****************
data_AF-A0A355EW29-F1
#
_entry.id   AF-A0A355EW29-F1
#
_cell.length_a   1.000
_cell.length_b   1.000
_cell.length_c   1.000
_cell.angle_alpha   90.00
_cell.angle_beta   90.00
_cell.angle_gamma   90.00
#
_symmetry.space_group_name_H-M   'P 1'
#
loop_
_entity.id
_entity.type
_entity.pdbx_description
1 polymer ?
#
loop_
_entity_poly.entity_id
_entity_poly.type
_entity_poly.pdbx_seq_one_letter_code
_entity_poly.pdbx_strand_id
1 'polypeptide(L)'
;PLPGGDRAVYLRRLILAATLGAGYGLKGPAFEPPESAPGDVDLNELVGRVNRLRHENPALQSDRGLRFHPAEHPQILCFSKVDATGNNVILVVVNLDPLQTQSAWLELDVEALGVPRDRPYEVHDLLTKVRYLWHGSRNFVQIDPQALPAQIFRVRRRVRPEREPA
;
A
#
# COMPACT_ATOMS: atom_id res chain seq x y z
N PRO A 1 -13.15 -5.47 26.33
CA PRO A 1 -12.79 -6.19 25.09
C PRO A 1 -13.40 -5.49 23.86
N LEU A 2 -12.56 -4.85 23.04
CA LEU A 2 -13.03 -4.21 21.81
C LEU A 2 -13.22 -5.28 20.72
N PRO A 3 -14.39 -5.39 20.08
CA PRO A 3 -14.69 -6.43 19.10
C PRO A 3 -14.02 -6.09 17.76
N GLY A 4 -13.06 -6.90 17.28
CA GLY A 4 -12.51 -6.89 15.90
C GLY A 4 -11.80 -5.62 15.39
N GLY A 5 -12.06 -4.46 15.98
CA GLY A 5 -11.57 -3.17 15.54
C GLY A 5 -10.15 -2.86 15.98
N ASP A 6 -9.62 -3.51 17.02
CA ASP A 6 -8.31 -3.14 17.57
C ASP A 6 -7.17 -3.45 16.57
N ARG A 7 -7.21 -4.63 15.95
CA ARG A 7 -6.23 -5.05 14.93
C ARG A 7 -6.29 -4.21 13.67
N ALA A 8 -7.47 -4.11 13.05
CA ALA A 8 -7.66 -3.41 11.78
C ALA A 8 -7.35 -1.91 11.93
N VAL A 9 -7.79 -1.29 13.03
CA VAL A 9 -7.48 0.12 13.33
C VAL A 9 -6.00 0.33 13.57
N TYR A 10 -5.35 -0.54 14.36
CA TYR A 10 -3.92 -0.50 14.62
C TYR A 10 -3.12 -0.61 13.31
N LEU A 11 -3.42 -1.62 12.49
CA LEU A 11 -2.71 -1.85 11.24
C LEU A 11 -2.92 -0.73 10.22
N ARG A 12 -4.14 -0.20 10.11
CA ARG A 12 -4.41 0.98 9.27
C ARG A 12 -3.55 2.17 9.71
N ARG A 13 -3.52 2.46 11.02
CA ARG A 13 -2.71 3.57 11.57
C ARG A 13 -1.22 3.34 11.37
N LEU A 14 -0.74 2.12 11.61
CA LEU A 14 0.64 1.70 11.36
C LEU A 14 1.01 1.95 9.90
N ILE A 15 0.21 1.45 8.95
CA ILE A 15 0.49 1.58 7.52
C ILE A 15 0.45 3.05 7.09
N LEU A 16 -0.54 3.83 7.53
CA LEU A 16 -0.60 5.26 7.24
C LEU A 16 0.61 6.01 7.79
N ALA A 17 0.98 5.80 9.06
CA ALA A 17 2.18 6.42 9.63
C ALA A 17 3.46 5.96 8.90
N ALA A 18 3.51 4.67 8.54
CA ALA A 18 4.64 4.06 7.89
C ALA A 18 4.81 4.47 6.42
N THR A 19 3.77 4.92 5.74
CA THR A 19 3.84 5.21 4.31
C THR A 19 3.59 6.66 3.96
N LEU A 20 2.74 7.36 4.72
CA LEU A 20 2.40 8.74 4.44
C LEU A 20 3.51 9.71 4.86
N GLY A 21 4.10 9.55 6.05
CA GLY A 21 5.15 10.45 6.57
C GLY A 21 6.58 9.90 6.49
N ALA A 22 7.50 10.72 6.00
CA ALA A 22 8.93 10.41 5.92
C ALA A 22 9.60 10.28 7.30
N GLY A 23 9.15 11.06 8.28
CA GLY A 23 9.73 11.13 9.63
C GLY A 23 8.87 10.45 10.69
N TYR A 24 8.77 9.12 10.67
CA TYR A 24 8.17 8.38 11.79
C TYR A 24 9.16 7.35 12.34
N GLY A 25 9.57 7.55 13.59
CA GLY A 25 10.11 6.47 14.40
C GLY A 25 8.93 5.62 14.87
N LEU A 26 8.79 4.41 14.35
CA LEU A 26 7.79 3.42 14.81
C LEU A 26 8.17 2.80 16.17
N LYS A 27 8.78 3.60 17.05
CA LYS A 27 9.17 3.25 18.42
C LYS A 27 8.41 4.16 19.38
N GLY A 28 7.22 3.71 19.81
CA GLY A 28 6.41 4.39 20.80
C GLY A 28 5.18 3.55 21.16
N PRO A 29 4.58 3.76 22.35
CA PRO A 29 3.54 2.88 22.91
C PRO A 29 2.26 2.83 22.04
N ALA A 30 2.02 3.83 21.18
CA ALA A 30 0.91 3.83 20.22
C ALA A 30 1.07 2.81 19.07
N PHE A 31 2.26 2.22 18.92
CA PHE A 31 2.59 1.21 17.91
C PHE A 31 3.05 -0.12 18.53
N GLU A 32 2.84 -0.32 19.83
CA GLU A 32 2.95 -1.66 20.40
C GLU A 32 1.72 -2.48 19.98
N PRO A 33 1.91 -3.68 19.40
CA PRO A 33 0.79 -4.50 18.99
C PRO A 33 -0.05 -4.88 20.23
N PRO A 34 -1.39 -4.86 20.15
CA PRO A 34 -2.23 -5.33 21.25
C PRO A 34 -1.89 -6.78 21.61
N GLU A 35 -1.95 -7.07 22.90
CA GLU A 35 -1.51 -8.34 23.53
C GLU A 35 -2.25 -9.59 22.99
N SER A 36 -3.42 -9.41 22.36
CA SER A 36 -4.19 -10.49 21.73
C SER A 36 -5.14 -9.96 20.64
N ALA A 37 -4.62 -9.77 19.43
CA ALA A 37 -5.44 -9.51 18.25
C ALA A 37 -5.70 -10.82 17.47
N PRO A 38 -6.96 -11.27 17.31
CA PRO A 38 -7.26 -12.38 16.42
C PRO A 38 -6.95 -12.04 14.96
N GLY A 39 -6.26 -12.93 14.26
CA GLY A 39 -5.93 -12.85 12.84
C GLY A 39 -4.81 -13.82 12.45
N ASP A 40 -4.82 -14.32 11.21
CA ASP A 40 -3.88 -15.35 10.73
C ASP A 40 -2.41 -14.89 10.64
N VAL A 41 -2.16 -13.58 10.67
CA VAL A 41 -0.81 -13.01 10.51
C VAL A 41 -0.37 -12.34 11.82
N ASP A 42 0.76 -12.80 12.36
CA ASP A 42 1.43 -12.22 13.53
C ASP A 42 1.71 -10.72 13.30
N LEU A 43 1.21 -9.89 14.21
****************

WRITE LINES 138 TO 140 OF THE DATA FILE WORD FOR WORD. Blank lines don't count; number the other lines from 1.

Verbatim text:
C SER A 36 -5.14 -9.96 20.64
N ALA A 37 -4.62 -9.77 19.43
CA ALA A 37 -5.44 -9.51 18.25